Vioxx lawsuit has recently been in the news most often. Vioxx was one of the most prescribed drugs for arthritis pain, before it was taken off the market by its manufacturer Merck. It was taken off the market in September 2004 when research trials proved that it increased the chances of a heart attack in the patient. Even though the drug has been pulled off the market about a year ago, legal action against the manufacturer Merck will continue and increase for sometime now. Vioxx lawsuit has become a more house hold term after a judge awarded $253.4 million to the Carol Ernst, widow of Bob Ernst due to his death in May 2001 from the drug. The award was among the highest ever awarded to an individual plaintiff, Merck has said it will appeal. He used Vioxx most often. This has prompted more and more Personal injury attorneys representing clients allegedly harmed by the drug to congratulate themselves over this historic judgment. This Vioxx lawsuit defeat caused Merck stock to fall 8 percent in an afternoon and it has yet to recover.
During the 1998 clinical trials for Vioxx, Merck the manufacturer reported to FDA that there were no apparent cardiovascular signals. This in normal terms means that there were no hints that the drug might cause and heart problems for the users. Later, during internal trials conducted by Merck around the same period revealed serious cardiovascular complications in Vioxx users compared to patients not using the drug. This was also labeled as Study – 090. The study was not published since Merck; the manufacturer claimed that the sample size was not large enough to provide definitive data.
In 1999, FDA gave formal approval to the drug, Vioxx. The drug became the second nonsteroidal anti-inflammatory medication [or COX-2 inhibitor] in the market after its predecessor Celebrex. Celebrex was another problem drug.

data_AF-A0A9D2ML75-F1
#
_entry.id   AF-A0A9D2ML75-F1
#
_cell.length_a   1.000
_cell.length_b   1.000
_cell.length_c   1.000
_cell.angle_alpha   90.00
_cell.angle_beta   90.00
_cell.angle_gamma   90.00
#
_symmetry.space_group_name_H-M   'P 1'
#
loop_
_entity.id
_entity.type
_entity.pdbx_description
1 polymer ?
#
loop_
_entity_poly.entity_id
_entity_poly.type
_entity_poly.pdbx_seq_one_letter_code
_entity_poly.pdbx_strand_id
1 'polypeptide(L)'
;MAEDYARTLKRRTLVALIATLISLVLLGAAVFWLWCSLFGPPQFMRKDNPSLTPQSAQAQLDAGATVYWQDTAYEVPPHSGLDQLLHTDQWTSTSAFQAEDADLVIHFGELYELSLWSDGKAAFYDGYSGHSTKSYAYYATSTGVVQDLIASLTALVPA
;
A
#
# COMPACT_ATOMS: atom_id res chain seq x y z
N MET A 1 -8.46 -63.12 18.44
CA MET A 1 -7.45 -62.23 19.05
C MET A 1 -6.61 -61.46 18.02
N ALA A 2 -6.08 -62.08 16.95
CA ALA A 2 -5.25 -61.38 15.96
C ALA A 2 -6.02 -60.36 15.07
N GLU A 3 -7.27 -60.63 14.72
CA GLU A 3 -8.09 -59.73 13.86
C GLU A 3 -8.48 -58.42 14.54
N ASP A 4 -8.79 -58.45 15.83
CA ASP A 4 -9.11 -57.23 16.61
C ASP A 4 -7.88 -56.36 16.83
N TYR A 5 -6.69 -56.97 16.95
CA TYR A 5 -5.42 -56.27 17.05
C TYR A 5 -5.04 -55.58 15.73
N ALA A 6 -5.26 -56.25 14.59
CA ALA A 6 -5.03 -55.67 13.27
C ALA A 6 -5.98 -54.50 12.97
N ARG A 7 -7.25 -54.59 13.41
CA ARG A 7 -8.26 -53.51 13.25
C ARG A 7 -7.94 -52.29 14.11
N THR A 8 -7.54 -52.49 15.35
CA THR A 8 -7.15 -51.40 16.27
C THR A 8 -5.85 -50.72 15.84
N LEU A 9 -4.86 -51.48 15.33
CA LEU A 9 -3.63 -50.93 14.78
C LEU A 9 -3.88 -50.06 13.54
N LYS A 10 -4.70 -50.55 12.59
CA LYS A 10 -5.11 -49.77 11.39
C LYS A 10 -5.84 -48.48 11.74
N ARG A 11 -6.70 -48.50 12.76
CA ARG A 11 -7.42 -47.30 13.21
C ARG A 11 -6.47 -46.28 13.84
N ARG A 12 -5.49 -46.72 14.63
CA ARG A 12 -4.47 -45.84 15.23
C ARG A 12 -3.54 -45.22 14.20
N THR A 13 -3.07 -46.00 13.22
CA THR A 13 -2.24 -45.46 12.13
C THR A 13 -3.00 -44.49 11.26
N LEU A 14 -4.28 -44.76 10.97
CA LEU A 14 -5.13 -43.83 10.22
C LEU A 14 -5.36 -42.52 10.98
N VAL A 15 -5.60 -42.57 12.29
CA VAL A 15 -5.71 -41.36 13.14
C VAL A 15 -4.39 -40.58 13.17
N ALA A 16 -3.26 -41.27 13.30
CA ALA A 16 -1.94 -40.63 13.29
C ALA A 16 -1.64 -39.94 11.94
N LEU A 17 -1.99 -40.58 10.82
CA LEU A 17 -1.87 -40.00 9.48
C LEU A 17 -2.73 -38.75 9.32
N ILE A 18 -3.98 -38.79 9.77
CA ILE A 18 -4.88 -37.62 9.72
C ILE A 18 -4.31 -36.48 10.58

Vioxx was expected to make up the shortfall of reducing sales from Merck's other drugs facing competition, but sales were slowed down by concerns among doctors that its use could form blood clots that may cause heart attacks. Merck has tried to calm doctor’s fears with new precaution information that includes mention of the heart risks, and assuring them of an ongoing study to collect more information on cardiovascular outcomes of using Vioxx. Merck then promoted the new Vioxx aggressively into international market and by 2003 it was available in 80 countries with sales above $2.5 billion. Apparently, Merck’s ongoing internal tests revealed deadly side effects.
During this process, FDA, sometime in 2001, recommended that warning labels be put upon prescriptions displaying potential side effects. FDA also warned Merck to stop providing misleading information to physicians about potential side effects.
Problems started surfacing soon and they served as warnings to FDA and the industry critics and to Personal Injury attorneys who soon began to gather evidence. This evidence gathering resulted in Merck’s negligence to surface. This was the beginning of massive advertising campaigns in all forms of media and the internet apparently meant to inform and attract patients harmed by the drug – the message asking patients suspecting harm from using Vioxx to come forward.
The last nail in the coffin was Merck’s announcement in September 2004, withdrawing Vioxx. This established credibility to the personal injury litigation which was well on its way. And viola, the Vioxx lawsuit was born. The first cases were filed in early 2005. Ernst’s case was the first to be settled. This is the tip of the iceberg. This could lead to wrongful death Vioxx lawsuits against Merck as a result of Ernst’s decision.
As of August 15, 2005, 4,951 was the exact number of filed Vioxx lawsuits, and tens of thousands more are expected. Seeing that the number of Vioxx lawsuits is increasing by the day, Merck may consider offering settlements to plaintiffs in some cases. Merck had previously planned to defend itself in every personal-injury Vioxx lawsuit. This would mark a first step by Merck in undoing the damage Vioxx has caused. Lawyers expect at least 25,000 suits to be filed eventually. About 20 million people used Vioxx between May 1999 and September 2004, when Merck stopped selling the drug after a clinical trial showed that Vioxx caused heart attacks and strokes in patients taking it for at least 18 months.
We can expect the Vioxx lawsuit to rule the medical and legal news for some time to come, and it has the potential to be the biggest personal injury lawsuit in history of mankind.